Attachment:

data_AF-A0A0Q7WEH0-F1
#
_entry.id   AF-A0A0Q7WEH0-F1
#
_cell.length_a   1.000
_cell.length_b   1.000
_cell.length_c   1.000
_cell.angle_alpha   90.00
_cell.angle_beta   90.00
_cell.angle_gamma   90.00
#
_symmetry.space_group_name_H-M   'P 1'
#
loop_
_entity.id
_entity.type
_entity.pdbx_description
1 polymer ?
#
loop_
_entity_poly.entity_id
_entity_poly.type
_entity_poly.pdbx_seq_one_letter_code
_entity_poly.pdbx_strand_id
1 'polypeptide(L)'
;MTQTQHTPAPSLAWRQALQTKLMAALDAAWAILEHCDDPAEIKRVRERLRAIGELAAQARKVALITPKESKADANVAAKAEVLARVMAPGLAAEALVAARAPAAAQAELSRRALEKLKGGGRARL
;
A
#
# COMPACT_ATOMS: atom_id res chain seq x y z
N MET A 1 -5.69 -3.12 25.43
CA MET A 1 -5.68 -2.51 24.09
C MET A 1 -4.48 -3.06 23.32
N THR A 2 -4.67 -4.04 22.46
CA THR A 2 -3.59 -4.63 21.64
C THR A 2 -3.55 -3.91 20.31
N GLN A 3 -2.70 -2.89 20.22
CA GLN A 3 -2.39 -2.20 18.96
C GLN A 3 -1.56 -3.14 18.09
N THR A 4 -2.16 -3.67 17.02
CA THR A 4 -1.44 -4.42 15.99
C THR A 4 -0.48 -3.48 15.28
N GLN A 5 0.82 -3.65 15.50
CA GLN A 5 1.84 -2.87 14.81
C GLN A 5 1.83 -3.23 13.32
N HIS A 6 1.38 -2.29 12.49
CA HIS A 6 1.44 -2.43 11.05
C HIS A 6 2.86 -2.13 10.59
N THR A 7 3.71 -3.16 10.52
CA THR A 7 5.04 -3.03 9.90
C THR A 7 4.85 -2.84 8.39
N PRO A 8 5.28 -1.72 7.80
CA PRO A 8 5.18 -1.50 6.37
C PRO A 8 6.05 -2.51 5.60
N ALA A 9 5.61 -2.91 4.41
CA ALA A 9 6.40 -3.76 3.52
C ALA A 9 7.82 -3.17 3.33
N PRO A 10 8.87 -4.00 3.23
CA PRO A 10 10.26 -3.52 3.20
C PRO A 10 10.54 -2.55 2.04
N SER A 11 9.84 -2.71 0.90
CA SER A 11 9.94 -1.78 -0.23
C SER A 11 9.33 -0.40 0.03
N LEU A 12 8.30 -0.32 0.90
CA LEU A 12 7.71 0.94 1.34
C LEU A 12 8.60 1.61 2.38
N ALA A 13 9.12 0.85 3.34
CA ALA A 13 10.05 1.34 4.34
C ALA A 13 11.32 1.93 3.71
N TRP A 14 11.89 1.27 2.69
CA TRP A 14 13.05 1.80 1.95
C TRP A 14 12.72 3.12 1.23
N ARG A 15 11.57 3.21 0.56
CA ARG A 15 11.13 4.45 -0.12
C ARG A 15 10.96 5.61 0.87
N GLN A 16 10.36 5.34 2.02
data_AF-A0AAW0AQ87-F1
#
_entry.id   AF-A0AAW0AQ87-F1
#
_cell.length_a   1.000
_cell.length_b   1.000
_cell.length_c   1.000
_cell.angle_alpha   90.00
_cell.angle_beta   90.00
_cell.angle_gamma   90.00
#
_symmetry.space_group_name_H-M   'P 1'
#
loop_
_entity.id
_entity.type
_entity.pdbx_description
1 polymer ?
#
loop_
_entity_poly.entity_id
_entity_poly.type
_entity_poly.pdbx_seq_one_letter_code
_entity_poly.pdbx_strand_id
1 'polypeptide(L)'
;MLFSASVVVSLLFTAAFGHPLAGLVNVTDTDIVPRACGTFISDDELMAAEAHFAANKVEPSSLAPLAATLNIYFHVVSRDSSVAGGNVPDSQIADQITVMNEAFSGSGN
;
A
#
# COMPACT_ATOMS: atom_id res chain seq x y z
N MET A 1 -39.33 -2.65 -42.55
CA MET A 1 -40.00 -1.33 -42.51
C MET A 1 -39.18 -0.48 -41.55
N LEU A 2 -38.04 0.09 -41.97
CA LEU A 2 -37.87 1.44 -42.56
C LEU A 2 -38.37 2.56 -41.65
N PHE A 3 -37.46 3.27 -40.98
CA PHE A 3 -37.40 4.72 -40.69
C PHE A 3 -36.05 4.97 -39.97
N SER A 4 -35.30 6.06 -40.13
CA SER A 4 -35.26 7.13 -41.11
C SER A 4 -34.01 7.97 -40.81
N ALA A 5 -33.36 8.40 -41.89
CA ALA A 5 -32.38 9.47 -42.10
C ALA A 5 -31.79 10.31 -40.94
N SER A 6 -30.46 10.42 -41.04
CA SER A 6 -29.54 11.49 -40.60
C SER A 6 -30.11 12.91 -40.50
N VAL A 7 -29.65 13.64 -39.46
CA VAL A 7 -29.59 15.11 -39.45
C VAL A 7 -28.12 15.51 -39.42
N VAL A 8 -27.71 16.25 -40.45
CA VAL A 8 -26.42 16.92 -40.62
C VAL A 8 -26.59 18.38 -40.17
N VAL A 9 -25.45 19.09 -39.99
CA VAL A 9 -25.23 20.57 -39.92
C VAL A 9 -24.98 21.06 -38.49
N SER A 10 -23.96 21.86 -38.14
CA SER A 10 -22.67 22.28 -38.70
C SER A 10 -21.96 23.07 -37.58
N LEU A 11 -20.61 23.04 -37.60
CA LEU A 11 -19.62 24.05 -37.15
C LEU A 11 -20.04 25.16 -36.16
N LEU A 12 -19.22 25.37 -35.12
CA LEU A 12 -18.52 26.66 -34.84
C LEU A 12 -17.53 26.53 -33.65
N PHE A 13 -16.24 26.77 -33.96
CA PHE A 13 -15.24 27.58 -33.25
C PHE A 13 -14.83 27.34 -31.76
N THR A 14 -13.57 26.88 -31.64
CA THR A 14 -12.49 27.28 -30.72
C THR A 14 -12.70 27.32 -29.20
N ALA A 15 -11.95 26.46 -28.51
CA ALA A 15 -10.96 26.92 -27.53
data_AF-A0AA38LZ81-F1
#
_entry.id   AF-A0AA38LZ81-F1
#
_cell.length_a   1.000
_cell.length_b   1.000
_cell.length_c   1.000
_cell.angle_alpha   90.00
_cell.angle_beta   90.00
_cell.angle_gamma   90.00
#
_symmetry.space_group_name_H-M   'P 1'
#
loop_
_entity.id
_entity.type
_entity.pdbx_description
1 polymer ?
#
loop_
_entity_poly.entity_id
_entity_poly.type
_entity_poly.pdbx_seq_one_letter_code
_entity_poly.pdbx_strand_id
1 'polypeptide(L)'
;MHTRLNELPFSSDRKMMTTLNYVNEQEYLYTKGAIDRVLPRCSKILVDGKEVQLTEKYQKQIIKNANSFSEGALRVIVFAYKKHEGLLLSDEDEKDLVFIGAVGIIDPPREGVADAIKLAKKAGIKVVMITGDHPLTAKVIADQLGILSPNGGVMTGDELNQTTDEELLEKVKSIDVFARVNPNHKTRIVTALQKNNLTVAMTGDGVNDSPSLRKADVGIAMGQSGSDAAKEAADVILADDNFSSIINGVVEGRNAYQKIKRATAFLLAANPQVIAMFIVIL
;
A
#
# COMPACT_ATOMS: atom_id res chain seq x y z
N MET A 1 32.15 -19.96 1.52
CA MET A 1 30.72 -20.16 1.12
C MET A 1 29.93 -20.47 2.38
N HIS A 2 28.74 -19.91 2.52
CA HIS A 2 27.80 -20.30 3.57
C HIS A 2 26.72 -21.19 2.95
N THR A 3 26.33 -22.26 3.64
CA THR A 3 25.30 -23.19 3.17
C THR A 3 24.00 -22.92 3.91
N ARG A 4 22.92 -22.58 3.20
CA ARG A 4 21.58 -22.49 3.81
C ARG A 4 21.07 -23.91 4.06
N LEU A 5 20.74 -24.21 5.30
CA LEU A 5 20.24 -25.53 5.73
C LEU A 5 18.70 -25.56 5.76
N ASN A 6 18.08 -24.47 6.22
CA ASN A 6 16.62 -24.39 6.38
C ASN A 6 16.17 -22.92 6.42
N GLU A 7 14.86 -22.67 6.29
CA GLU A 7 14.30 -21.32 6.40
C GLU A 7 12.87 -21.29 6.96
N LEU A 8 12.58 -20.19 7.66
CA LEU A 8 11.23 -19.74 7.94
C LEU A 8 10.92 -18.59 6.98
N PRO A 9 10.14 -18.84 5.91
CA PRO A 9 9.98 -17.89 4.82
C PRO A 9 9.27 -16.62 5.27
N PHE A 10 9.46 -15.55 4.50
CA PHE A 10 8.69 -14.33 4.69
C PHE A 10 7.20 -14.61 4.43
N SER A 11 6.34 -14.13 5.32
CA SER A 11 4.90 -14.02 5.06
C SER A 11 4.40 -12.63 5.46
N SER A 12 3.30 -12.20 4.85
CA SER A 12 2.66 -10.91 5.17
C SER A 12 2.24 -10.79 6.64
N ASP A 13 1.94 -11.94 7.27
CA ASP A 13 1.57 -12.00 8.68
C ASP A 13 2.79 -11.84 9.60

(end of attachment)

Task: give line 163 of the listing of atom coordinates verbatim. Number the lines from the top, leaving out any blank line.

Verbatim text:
#